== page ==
How To Apply Gel Stain
Gel stains are a thick bodied pigment based stain that don't penetrate as deeply as traditional dyes, water base and oil liquid base stains. Since the majority of the stain stays on the surface, it gives you a more even look, helping to prevent blotching in woods like pine, maple, cherry, spruce, fir, aspen, poplar and alder. Blotching is primarily caused by uneven absorption of stain in woods that have uneven densities. Just take a quick Google and look for blotchy stain examples, it's not pretty.
You can see in the example above how pine absorbs the stain differently in certain areas. It's a very uneven look. Now in the example below is one coat of antique walnut gel stain from General Finishes.
It's a much more consistent look throughout the whole piece. Gel stains are much thicker than traditional liquid oil/water stains so they typically only require 1 coat to achieve the desired look. As always, have a sample board on hand that you can use to test your finish on and see what it will look like. Never practice on the piece you've spent countless hours working on.
This article won't try to explain the science behind the finishes and why exactly the woods blotch as there are plenty of articles out already that do an excellent job explaining the why and how. What I will cover, however, is my methods on surface preparation and how to apply the stain to achieve excellent results.
Depending on the condition of your surface, I typically start sanding with 80 grit sanding discs using my random-orbit sander. After the surface looks consistent and I no longer see any blemishes, I replace the sanding disc with 120 grit. After the initial sanding with 80 grit, the subsequent grits take less time to get the surface ready for the next grit. If I spend 2-3 minutes sanding with 80 grit I may only spend 1-2 minutes sanding with 120 grit.
After sanding with 120 grit, feel the surface with your fingers to make sure you didn't miss a spot. It's hard to tell by just looking at it, but you sure can feel a difference between 80 grit and 120 grit.
And finally, I stop sanding around 150 grit to 180 grit sandpaper since i'm staining. The higher grit you sand with, the less the stain will penetrate, thus giving you a lighter stain on your piece.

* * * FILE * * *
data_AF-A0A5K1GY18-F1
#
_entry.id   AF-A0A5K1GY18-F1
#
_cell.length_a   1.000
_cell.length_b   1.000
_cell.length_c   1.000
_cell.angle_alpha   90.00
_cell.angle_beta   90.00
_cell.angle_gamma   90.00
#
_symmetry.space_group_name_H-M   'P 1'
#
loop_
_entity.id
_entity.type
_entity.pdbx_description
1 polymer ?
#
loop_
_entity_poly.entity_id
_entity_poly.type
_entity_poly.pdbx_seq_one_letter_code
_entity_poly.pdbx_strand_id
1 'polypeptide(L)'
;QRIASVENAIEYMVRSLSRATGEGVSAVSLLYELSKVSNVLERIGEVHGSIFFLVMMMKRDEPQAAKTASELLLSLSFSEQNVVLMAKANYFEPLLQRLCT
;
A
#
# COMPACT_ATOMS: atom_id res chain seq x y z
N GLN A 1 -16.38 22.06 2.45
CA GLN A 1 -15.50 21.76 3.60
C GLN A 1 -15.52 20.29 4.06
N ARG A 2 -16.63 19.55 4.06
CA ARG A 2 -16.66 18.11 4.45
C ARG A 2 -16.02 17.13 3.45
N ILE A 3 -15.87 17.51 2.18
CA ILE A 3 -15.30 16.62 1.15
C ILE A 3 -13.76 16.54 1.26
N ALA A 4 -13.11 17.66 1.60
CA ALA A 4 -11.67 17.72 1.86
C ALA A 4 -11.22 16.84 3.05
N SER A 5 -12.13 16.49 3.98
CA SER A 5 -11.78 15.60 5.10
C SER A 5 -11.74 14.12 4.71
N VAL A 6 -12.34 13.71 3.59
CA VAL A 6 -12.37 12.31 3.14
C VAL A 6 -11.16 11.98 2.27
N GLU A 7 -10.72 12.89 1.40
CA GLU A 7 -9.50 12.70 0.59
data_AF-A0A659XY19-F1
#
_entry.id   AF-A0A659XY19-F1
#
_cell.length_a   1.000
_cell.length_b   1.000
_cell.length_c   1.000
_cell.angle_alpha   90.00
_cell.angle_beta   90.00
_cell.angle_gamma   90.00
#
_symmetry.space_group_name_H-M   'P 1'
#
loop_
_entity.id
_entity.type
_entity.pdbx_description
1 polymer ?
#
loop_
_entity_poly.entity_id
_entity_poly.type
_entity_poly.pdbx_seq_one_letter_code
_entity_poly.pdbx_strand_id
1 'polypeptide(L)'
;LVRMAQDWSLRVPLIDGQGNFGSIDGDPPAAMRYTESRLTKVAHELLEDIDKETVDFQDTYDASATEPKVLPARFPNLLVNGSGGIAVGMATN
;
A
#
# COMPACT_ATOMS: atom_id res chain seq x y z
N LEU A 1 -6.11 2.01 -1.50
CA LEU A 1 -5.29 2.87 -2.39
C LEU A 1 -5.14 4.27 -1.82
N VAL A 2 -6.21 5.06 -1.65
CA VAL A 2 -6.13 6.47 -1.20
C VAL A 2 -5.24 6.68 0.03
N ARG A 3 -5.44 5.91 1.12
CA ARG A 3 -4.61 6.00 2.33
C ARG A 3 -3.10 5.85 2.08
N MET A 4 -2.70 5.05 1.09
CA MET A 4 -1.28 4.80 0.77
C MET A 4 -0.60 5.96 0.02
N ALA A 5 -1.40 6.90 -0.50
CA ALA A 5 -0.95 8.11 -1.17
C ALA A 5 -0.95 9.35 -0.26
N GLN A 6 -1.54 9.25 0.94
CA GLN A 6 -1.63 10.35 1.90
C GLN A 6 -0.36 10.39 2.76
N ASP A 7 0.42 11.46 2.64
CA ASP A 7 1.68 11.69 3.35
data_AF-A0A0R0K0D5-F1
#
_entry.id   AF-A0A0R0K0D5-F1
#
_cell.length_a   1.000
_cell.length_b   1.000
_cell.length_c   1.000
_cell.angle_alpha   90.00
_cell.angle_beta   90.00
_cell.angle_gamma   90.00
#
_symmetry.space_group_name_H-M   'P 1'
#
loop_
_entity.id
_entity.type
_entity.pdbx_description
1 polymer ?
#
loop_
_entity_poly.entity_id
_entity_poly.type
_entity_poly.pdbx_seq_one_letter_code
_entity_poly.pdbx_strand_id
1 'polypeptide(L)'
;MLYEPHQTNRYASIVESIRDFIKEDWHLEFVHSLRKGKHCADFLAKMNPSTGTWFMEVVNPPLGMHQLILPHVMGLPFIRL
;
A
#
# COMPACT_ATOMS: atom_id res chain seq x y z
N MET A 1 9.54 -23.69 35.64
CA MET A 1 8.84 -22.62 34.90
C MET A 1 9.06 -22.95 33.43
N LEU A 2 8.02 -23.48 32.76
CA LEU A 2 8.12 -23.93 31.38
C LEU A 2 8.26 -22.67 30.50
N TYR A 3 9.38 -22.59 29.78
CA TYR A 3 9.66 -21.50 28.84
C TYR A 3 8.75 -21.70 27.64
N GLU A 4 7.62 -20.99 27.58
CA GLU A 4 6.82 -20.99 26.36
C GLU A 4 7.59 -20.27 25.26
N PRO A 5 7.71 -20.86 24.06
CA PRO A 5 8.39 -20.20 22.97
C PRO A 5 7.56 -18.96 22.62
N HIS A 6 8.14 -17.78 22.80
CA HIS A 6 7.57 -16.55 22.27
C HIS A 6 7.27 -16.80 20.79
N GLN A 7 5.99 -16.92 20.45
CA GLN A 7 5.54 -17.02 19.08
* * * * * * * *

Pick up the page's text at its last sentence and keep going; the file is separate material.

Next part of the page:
After I sand the board faces, I focus on sanding the edges and end grain. I hand sand with my sanding block using the same grits I used on the faces. Also, this is the perfect opportunity to break the edges of the piece using 120 grit sandpaper in your sanding block. Tilt the sanding block to 45 degrees and lightly sand the edges like in the picture below:
Once i'm done with the sanding, I remove the dust from the piece using a paper towel. If you miss some, don't worry as you will be doing more wiping when its time to stain.
Applying The Stain
Gel stains are not picky when it comes to choosing the applicator. You can use an old brush, paper towel, piece of an old t-shirt or just about any other clean applicator. The goal here is to wipe it on and immediately wipe it back off. In the video, I just used a cheap chip brush I picked up from Harbor Freight.
Always stir your finish. Pigments can settle to the bottom of the can, and you want to mix your finish before applying to continue to get consistent results. I bought a 500 pack of tongue depressors from amazon for this very purpose, which should last me for years.
Charge your brush with plenty of gel stain and begin to wipe it on. Time is not on your side with any stain, so work quick. Your goal is to flood the whole surface with the stain.
With the entire surface covered, I fold up a paper towel and begin to wipe off the excess.
Flip the paper towel over often to expose a fresh surface. It's important to look at your piece at different angles to make sure you have wiped up all of the excess.
I repeat these same steps for the edges of the board, and the back side.
Your final product should have a consistent color:
Applying A Top Coat
The gel stains from General Finishes are not picky when it comes to being compatible with with an oil based varnish, water based polyurethane, shellac or pretty much any top coat. If applying a water base finish, you will need to wait 72 hours for the gel stain to completely dry since the stain is an oil base and the polyurethane is a water base. In the video, I waited 24 hours and sprayed an oil based semi-gloss polyurethane. I applied a total of 3 coats, leaving me with a very nice surface.
If you have any questions on what was covered in this article, please leave a comment below and I will answer it.
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